Originally created 02/21/99

Aim and fire



AIKEN - Forty-five minutes into the Battle of White Pond, dozens lay dead. Mike Brauch would soon wish he was.

As he stumbled over his Blue Coat comrades, charging toward the side of the hill, he held his finger to the trigger and fell to the ground. A bullet from a musket shot had lodged deep in his left leg. He hadn't seen it coming.

Blood gushed from his limb. Still, he tried to charge forward, crawling toward the Confederates with all his muster. One of them had killed his brother, and he wanted to do the same.

But it wasn't meant to be.

The pain, no longer bearable, forced the soldier with the 21st S.C. Infantry to the hard, cold ground, cursing Johnny Reb who had cost him his usefulness to the Union Army, and later his leg.

Onlookers watched as Mr. Brauch lay on the operating table, and listened as a Union doctor sawed through his bone. Minutes later, a shriveled foot was tossed to the ground.

When he awoke, still dazed from ether, the young soldier looked down at his nub with cold blue eyes and yelled, " Why me, God? Why me?"

Then, in a faint whisper he said, "At least the Confederates lost."

Mr. Brauch represented one of the many casualties of the Battle of Aiken on Feb. 11, 1865, re-enacted Saturday. The event drew a small army of at least 800 faux Civil War soldiers encamped at Woodward Farm. They cook on open fires, eat hard-tack, forgo bathing for the sake of authenticity and gather around campfires at night to sing period songs.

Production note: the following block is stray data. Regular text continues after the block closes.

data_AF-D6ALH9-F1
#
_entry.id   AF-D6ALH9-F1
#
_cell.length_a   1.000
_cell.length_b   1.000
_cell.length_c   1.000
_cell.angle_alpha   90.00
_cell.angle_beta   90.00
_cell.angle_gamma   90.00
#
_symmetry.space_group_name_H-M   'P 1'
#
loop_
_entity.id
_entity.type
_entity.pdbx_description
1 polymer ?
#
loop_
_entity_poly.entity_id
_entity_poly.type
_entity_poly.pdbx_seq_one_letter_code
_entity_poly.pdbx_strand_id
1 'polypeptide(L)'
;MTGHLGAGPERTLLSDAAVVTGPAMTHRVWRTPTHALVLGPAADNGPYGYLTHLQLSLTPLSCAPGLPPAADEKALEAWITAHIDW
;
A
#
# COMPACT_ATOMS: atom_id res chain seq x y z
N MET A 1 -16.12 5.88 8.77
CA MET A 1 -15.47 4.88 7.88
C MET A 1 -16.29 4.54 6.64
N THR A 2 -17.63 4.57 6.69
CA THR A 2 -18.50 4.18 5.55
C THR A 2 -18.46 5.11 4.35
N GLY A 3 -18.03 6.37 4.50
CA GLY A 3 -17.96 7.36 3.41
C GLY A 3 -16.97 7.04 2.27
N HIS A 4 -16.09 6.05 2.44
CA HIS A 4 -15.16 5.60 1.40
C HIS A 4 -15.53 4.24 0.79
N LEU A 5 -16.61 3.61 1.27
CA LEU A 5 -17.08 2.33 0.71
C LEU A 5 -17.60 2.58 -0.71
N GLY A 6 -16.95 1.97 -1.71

"This is like time travel for them," event spokesman Pete Peters said.

For the past five years, the weekend-long festival, which kicked off Friday, has drawn thousands, some as far away as Maryland. Mr. Peters expects some 15,000 spectators will visit the camp before it is dismantled today.

The event, which cost more than $25,000 to produce, is sponsored by the Brig. Gen. Barnard E. Bee Camp Sons of the Confederate Veterans and the 14th S.C. Infantry. An estimated 500 pounds of black powder is needed to re-enact the battle, organizers say.

"Twelve cannons firing and belching smoke is quite impressive," said Donnie Christopoulo, one of the battle's living history coordinators. "Kids come away quite amazed at what their ancestors went through."

Many of the men and women, who come from 15 states, portrayed soldiers in feature films such as Gettysburg, and Glory.

The actual Battle of Aiken began when Confederate soldiers, under the command of "Fightin' Joe" Wheeler, surprised and repelled a Union cavalry detachment as the Northerners marched and rode into Aiken.

The Union general, Hugh Judson Kilpatrick, was reported to have fallen back so quickly that he lost his hat. The Confederates saved the town from being burned and the cloth mills at Graniteville from being destroyed.

Casualty totals vary, but the Union was reported to have as many as 53 dead and 270 wounded. The Confederates suffered 31 dead and 160 wounded.

Chasiti Kirkland can be reached at (803) 279-6895.



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